The South Asian Diaspora
Transnational networks and changing identities
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The South Asian Diaspora numbers just under 30 million people worldwide, and it is recognized as the most widely dispersed diaspora. It is, moreover, one which of late has seen phenomenal growth, both due to natural increase and the result of a continued movement of professionals and labourers in the late 20th and early 21st century from the subcontinent to countries such as the United States, the United Kingdom, Canada, Australia and Singapore.
This book uses the concept of transnational networks as a means to understand the South Asian diaspora. Taking into account diverse aspects of formation and development, the concept breaks down the artificial boundaries that have been dominating the literature between the ‘old’ and the ‘new’ era of migration. Thereby the continued connectedness of most historic South Asian settlements is shown, and the fluid nature of South Asian identities is explored.
Offering a unique and original insight into the South Asian diaspora, this book will be of interest to academics working in the field of South Asian Studies, Diaspora and Cultural Studies, Anthropology, Transnationalism and Globalisation.
Table of Contents
Introduction Rajesh Rai and Peter Reeves Part 1: Transnational Networks 1. Ethnicity, locality and circulation in two diasporic merchant networks from South Asia Claude Markovits 2. The social world of Gujarati merchants and their Indian Ocean networks in the seventeenth century Murari Kumar Jha 3. Subaltern networks in a colonial diaspora: a study of Indian migrants and Mauritius Marina Carter 4. An entrepreneurial diaspora? Transnational space and India’s international economic expansion Peter Reeves Part 2: Socio-economic Identities & Change 5. Indians in Southeast Asia: migrant labour, knowledge workers and the new India Amarjit Kaur 6. Indo-Fijians: roots and routes Brij V. Lal 7. From Bharat to Sri Ram Desh: the emigration of Indian indentured labourers to Suriname Chan E.S. Choenni 8. Sociological reflections on the diasporic Bangladeshis in Singapore and USA Habibul Haque Khondker Part 3: Culture & Changing Diasporic Identities 9. The attrition and survival of minor South Asian languages in Singapore Rajesh Rai 10. Forging kinship with food: the experience of South Indians in Malaysia Theresa W. Devasahayam 11. Bhai Maharaj Singh and the making of a ‘model minority’: Sikhs in Singapore Tan Li Jen 12. ‘The familiar temporariness’: Naipaul, diaspora and the literary imagination: a personal narrative Vijay Mishra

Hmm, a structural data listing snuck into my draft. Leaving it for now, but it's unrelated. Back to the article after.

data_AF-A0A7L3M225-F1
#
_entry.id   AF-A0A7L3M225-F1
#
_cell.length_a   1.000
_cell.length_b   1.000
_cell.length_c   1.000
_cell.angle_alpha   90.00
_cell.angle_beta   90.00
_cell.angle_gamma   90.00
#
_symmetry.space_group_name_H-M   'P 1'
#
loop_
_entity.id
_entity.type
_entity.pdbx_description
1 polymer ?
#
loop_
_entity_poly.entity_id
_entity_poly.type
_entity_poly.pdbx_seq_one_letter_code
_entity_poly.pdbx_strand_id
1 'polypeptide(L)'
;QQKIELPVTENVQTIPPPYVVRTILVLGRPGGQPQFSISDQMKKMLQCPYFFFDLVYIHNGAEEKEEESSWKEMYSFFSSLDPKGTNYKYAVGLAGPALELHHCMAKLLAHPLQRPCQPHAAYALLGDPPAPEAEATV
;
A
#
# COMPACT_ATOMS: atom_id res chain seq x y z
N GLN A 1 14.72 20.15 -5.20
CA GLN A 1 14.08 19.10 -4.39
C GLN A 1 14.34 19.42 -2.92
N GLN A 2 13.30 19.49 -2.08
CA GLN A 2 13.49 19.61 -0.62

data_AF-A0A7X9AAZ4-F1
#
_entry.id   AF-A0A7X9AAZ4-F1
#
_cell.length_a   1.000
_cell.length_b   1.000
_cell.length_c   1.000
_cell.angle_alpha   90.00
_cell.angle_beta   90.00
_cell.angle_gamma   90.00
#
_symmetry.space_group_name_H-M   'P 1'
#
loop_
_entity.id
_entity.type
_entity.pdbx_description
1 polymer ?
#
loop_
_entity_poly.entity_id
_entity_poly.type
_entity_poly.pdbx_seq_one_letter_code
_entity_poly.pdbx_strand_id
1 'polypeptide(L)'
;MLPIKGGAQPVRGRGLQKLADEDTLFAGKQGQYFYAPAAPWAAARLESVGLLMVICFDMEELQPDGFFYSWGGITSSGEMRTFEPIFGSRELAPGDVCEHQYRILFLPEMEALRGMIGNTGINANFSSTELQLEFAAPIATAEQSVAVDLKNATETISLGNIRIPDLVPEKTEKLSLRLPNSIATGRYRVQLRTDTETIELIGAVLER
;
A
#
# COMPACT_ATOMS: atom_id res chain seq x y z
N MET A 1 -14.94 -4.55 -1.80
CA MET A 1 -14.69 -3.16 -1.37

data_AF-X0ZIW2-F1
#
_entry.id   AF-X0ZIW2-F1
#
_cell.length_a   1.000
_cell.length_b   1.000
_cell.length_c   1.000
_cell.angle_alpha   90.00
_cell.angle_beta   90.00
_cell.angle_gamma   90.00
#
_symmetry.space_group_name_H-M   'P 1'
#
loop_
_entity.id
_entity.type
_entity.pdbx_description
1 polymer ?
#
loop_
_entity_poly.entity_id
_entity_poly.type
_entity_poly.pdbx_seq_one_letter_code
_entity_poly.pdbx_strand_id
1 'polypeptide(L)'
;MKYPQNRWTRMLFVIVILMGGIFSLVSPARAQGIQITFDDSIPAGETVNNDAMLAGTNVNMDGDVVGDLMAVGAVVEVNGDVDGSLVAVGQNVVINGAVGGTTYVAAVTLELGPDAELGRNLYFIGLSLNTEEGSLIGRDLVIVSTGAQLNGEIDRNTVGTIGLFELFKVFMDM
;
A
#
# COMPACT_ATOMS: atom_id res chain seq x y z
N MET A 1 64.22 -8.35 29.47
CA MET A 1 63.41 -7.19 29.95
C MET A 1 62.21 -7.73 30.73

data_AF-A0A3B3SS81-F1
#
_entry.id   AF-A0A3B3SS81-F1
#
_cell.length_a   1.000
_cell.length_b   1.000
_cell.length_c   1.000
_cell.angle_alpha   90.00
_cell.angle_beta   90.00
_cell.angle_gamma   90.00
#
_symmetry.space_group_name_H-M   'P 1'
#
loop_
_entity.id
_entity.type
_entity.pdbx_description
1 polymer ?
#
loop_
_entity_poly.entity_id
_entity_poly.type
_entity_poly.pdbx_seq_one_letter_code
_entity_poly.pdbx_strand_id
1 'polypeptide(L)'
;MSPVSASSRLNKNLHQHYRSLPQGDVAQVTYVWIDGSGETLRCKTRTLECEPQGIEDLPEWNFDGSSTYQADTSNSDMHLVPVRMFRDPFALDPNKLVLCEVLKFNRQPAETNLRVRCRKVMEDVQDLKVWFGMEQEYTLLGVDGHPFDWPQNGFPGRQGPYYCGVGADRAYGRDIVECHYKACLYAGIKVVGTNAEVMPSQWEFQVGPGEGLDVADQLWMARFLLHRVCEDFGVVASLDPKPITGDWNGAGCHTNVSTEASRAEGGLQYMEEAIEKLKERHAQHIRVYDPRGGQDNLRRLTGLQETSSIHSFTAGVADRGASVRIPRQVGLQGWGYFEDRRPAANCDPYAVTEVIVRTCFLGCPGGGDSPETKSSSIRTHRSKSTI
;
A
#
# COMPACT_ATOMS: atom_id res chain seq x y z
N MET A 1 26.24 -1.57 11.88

Rajesh Rai is Assistant Professor at the South Asian Studies Programme, National University of Singapore. His research interests are in the fields of diaspora studies and transnational identities, nationalism and the post-colonial history and politics of South Asia. He is assistant editor of The Encyclopedia of the Indian Diaspora (2006), and has published several articles on various aspects of the South Asian Diaspora particularly in Southeast Asia.
Peter Reeves, Emeritus Professor of South Asian History at Curtin University (Perth, Western Australia), was Visiting Professor and Head of the South Asian Studies Programme (SASP) at the National University of Singapore from 1999 to 2006. His research interests include the history of the South Asian diaspora, the history of fisheries in colonial South Asia and the maritime history of the Indian Ocean since 1800. He was executive editor of The Encyclopedia of the Indian Diaspora (2006).